Goat's cheese and roasted red peppers with a scattering of basil
Rare roast beef and stilton or gorgonzola
Parma ham, mozzarella and basil, with some sliced tomatoes
Smoked salmon and cream cheese
Smoked cheddar and caramelised apples
Turkey, brie and cranberry

Once the cheese starts to melt a bit, fold the bare half of bread over the filling. Flip the whole thing over and toast the other side. Remove, cut in half, and eat with your hands. Relish the contrast in textures and temperatures. 

Then start saving up for a plane ticket to Ravenna, so you can try the real thing. Because, as with all street food, it's just not the same otherwise. 

Gluten-free Challenge: Day Five

Let's talk a bit about risotto. Risotto is perhaps, I have decided, the ultimate gluten-free dish. This is because it's 100% naturally gluten-free. No need to make any changes or substitute any ingredients with inferior variations. No need to skimp on delicious creamy, starchy goodness. Take your basic mixture of olive oil, butter, risotto rice, onion and stock, and add to it whatever meat, fish, cheese or vegetables you like. The only thing you have to watch is your stock cubes, some of which may contain gluten in the form of various starches. I know that Marigold bouillon powder, though, which many chefs regard as the superior stock brand, is gluten-free.

If you know a gluten-free eater, make this for them. Don't let them suffer a diet of salads. Slap a big plate of creamy, gooey, chewy rice in front of them, grate over a mountain of cheese and a good grind of black pepper, maybe a handful of fresh herbs, and watch a glazed look of delight pass over their face. At least, that is always my response to a good risotto.

On my last day of this gluten-free challenge, I tucked into a plate of mushroom and bacon risotto, kindly made for me by my mum. I think this divine Italian combination of rice and stock has to be the ultimate comfort food. It's also incredibly easy to cook, and so versatile. I must have made at least fifty different types of risotto in my life, but these are some of my favourite combinations, and ones I would urge you to try if looking to inject some life and delight into a gluten-free diet:

Leek, blue cheese and bacon
Lemon, broad bean and ricotta or goat's cheese
Wild mushroom and truffle oil
Sausage and radicchio
Butternut squash, bacon and chestnut
Chicken, lemon and rocket

Apart from this lovely dinner, I pretty much ate the same as yesterday - porridge for breakfast; pasta salad for lunch, and an apple.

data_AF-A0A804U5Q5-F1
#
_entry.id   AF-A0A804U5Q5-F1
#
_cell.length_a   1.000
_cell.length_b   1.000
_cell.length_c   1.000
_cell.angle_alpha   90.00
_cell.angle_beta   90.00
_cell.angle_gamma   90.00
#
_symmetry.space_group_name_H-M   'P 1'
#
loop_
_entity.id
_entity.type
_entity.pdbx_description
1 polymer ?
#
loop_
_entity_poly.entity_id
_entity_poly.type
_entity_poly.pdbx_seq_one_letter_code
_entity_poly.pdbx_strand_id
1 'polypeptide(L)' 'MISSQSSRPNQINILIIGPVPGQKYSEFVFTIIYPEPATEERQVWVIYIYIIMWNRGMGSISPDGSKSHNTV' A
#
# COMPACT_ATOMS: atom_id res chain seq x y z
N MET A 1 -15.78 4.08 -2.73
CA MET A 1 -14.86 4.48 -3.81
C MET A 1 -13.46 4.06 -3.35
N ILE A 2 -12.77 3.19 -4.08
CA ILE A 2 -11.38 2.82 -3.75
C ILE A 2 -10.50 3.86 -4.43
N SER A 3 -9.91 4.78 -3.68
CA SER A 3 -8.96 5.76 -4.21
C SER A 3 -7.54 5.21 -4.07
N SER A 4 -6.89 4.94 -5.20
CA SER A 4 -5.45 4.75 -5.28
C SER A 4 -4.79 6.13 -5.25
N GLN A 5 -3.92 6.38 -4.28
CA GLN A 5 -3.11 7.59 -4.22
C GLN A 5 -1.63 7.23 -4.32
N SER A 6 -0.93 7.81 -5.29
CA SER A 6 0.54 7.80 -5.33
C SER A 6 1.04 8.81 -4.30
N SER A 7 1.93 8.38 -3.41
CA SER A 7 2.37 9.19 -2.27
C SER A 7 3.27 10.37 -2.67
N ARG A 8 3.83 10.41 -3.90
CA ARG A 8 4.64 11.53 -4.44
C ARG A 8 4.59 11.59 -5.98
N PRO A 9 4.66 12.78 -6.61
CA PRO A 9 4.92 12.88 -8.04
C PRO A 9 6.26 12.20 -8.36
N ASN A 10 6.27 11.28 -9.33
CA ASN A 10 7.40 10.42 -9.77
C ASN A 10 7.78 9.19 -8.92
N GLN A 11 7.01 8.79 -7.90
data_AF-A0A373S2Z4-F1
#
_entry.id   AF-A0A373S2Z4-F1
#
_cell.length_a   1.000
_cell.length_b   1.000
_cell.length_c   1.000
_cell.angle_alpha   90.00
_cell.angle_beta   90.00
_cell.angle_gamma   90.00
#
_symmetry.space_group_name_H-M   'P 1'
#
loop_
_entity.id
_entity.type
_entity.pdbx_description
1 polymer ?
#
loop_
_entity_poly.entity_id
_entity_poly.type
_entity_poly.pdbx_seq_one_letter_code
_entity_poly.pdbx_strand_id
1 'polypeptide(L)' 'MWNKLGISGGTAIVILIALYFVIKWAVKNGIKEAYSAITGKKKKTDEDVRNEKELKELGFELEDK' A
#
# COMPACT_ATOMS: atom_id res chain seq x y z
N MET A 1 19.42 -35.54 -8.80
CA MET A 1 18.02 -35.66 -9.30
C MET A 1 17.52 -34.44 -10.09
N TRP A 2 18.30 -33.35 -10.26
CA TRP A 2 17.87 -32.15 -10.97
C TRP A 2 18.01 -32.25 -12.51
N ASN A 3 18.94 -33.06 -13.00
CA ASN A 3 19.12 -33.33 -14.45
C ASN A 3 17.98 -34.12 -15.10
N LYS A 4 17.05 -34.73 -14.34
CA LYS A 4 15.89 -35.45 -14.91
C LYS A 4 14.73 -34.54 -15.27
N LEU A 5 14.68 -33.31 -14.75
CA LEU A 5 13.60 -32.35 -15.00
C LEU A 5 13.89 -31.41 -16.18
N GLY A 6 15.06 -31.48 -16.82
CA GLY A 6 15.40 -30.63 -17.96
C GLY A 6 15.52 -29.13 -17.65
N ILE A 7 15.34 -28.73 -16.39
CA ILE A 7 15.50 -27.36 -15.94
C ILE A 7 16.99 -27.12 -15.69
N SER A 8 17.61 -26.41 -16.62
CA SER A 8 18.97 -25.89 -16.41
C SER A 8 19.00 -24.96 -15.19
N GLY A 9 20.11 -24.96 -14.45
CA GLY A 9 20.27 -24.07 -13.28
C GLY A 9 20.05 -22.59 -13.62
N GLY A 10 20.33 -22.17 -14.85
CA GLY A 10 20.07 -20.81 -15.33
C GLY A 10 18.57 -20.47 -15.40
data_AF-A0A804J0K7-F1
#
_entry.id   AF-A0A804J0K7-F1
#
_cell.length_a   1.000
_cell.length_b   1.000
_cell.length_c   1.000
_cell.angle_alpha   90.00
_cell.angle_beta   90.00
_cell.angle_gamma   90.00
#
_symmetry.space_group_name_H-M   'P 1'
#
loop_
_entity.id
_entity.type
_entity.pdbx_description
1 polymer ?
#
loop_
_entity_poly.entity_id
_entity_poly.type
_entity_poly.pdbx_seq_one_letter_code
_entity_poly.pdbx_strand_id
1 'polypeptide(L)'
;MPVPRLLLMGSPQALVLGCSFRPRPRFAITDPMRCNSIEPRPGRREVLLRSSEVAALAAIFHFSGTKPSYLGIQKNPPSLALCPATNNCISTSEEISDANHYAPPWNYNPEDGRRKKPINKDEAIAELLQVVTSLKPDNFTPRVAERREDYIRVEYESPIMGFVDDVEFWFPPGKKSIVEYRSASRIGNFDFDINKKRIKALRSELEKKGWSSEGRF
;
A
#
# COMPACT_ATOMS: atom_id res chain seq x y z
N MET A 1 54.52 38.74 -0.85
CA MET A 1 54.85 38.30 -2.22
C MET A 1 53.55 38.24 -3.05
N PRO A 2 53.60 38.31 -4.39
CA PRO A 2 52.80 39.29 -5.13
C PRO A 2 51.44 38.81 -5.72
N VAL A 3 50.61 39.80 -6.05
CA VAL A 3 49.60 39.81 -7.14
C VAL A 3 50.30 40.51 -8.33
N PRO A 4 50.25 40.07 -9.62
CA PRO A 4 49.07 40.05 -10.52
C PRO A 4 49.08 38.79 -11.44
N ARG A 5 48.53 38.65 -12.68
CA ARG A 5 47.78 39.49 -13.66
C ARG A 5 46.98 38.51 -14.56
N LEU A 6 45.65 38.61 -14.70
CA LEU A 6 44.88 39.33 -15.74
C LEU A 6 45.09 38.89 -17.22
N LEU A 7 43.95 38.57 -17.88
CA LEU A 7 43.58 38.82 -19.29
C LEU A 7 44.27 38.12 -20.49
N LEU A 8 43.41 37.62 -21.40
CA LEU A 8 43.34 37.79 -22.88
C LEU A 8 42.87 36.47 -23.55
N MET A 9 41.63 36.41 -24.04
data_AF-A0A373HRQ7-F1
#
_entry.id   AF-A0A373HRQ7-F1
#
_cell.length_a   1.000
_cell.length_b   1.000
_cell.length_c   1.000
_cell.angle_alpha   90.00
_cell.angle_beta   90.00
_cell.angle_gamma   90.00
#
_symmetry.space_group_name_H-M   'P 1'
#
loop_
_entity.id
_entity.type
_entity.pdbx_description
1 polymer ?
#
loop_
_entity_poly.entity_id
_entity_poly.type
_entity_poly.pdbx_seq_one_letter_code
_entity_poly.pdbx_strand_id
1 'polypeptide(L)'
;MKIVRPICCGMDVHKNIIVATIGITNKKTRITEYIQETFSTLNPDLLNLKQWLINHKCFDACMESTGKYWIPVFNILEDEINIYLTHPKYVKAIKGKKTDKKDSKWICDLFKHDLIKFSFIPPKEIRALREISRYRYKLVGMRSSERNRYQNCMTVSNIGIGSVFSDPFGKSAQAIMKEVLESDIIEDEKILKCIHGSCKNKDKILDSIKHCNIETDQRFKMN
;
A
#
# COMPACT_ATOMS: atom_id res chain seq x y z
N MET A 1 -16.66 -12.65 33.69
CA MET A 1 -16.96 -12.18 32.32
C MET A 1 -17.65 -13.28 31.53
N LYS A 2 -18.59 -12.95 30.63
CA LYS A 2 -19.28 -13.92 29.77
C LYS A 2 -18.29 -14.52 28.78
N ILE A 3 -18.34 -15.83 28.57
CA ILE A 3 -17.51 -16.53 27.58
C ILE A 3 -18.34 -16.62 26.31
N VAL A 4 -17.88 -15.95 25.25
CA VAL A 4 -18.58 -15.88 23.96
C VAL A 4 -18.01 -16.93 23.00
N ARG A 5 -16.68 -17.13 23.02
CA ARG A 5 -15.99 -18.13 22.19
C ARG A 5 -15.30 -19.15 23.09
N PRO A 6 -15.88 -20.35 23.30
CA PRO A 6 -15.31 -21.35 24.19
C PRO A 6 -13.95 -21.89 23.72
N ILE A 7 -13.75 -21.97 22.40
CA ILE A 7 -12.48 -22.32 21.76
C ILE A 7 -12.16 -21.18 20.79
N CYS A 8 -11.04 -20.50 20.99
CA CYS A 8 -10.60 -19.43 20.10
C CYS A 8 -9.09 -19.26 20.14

All in all, I haven't found going five days without gluten challenging at all. This may be due to the fact that I rarely eat that much of it anyway, but it was still a really interesting experiment, and has made me realise a few important things. Here is a little video to summarise my findings:

To celebrate the end of my gluten-free challenge, here's a list of some of my favourite recipe creations that are naturally gluten-free. There are even a few cakes on there!

Spiced dried fruit and blood orange compote, to be served on gluten-free porridge
Mexican spiced chicken salad

Who says going gluten-free has to feel like deprivation? I'd say it should be an adventure!

Duck with chocolate and marsala

If it's possible for food to be sexy - and of course I believe it is, otherwise my life as a food blogger and aspiring food journalist would be very barren indeed - then this dish might just be the epitome of blushing, pulse-quickening, supple-fleshed sexuality. 

Think tender, succulent, meaty duck legs, smothered in a powerfully rich and complex sauce. It's glossy and dark with molten chocolate, enriched with the creamy bite of toasted pine nuts, sweet and juicy with plump raisins and laced with alcohol. It dribbles seductively off the spoon over the crispy skin of the duck, a dark and dramatic waterfall leaving sweet-savoury nuggets of powerful flavour in its wake.

This is a recipe from the Bocca cookbook by Jacob Kennedy, acclaimed head chef of Bocca di Lupo in Soho. I've been there twice and it's one of the best restaurants I've ever visited. It serves Italian food, but not as you'd know it; the dishes are often unusual, highlighting recipes, flavours and combinations from all over the diverse gastronomic melting pot that is Italy. Flavours are hearty and robust, the cooking is exquisite, and eating there is a fascinating tour de force of Italian cuisine at its lesser-known and best.

Unsurprisingly, then, the Bocca cookbook has no time for lasagne, spag bol and carbonara. Instead it treats you to underrated classics: caponata, the amazing sweet-sour aubergine stew from Sicily; guidelines for making your own Italian sausages; octopus with olive oil and peas; baked pigeon and bread 'soup'; cassata, a sublime confection of ricotta, chocolate and candied fruit from Sicily; tuna tartare, and other wonderful and exotic dishes. 

(Incidentally, I'm not being asked to write about this lovely book...I just thought I'd share my passion for it with you.)